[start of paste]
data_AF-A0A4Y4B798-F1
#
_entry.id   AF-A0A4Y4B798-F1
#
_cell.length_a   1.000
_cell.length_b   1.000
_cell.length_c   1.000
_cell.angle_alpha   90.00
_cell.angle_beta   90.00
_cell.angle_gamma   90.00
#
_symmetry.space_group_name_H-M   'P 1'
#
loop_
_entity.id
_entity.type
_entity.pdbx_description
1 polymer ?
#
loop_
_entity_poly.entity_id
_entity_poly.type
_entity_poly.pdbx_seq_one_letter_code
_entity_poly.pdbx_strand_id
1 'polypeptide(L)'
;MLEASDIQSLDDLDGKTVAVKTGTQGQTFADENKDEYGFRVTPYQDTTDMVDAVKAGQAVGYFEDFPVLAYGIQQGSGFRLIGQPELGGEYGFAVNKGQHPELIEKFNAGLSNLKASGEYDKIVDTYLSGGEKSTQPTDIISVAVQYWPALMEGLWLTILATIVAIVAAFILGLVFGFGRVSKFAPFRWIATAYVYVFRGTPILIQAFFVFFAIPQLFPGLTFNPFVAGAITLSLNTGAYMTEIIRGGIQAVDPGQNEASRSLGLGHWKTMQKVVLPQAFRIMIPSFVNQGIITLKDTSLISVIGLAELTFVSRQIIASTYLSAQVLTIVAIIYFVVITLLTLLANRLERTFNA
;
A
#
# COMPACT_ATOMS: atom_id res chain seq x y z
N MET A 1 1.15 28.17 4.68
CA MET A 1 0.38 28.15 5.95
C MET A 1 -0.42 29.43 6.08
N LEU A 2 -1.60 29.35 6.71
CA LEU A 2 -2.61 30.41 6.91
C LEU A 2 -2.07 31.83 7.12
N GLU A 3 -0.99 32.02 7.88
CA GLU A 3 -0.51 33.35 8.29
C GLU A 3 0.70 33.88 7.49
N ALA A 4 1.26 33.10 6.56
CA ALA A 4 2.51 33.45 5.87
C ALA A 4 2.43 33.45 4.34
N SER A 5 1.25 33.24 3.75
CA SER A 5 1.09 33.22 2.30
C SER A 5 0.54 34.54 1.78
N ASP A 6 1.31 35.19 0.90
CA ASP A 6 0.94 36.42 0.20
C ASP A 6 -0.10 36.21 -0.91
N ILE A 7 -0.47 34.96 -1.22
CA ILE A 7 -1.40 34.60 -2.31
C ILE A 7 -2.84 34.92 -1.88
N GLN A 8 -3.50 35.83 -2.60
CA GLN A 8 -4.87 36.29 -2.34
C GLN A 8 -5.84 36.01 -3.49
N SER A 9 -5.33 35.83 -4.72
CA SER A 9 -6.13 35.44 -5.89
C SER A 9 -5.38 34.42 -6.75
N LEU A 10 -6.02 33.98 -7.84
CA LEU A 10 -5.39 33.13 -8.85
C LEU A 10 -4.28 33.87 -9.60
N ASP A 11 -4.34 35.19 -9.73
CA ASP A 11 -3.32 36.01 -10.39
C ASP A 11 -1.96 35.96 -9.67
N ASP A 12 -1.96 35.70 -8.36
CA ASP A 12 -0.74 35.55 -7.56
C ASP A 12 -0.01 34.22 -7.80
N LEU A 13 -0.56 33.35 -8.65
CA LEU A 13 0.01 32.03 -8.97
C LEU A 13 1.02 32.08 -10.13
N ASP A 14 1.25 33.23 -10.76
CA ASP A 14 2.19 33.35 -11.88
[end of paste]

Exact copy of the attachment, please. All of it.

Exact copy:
data_AF-A0A4Y4B798-F1
#
_entry.id   AF-A0A4Y4B798-F1
#
_cell.length_a   1.000
_cell.length_b   1.000
_cell.length_c   1.000
_cell.angle_alpha   90.00
_cell.angle_beta   90.00
_cell.angle_gamma   90.00
#
_symmetry.space_group_name_H-M   'P 1'
#
loop_
_entity.id
_entity.type
_entity.pdbx_description
1 polymer ?
#
loop_
_entity_poly.entity_id
_entity_poly.type
_entity_poly.pdbx_seq_one_letter_code
_entity_poly.pdbx_strand_id
1 'polypeptide(L)'
;MLEASDIQSLDDLDGKTVAVKTGTQGQTFADENKDEYGFRVTPYQDTTDMVDAVKAGQAVGYFEDFPVLAYGIQQGSGFRLIGQPELGGEYGFAVNKGQHPELIEKFNAGLSNLKASGEYDKIVDTYLSGGEKSTQPTDIISVAVQYWPALMEGLWLTILATIVAIVAAFILGLVFGFGRVSKFAPFRWIATAYVYVFRGTPILIQAFFVFFAIPQLFPGLTFNPFVAGAITLSLNTGAYMTEIIRGGIQAVDPGQNEASRSLGLGHWKTMQKVVLPQAFRIMIPSFVNQGIITLKDTSLISVIGLAELTFVSRQIIASTYLSAQVLTIVAIIYFVVITLLTLLANRLERTFNA
;
A
#
# COMPACT_ATOMS: atom_id res chain seq x y z
N MET A 1 1.15 28.17 4.68
CA MET A 1 0.38 28.15 5.95
C MET A 1 -0.42 29.43 6.08
N LEU A 2 -1.60 29.35 6.71
CA LEU A 2 -2.61 30.41 6.91
C LEU A 2 -2.07 31.83 7.12
N GLU A 3 -0.99 32.02 7.88
CA GLU A 3 -0.51 33.35 8.29
C GLU A 3 0.70 33.88 7.49
N ALA A 4 1.26 33.10 6.56
CA ALA A 4 2.51 33.45 5.87
C ALA A 4 2.43 33.45 4.34
N SER A 5 1.25 33.24 3.75
CA SER A 5 1.09 33.22 2.30
C SER A 5 0.54 34.54 1.78
N ASP A 6 1.31 35.19 0.90
CA ASP A 6 0.94 36.42 0.20
C ASP A 6 -0.10 36.21 -0.91
N ILE A 7 -0.47 34.96 -1.22
CA ILE A 7 -1.40 34.60 -2.31
C ILE A 7 -2.84 34.92 -1.88
N GLN A 8 -3.50 35.83 -2.60
CA GLN A 8 -4.87 36.29 -2.34
C GLN A 8 -5.84 36.01 -3.49
N SER A 9 -5.33 35.83 -4.72
CA SER A 9 -6.13 35.44 -5.89
C SER A 9 -5.38 34.42 -6.75
N LEU A 10 -6.02 33.98 -7.84
CA LEU A 10 -5.39 33.13 -8.85
C LEU A 10 -4.28 33.87 -9.60
N ASP A 11 -4.34 35.19 -9.73
CA ASP A 11 -3.32 36.01 -10.39
C ASP A 11 -1.96 35.96 -9.67
N ASP A 12 -1.96 35.70 -8.36
CA ASP A 12 -0.74 35.55 -7.56
C ASP A 12 -0.01 34.22 -7.80
N LEU A 13 -0.56 33.35 -8.65
CA LEU A 13 0.01 32.03 -8.97
C LEU A 13 1.02 32.08 -10.13
N ASP A 14 1.25 33.23 -10.76
CA ASP A 14 2.19 33.35 -11.88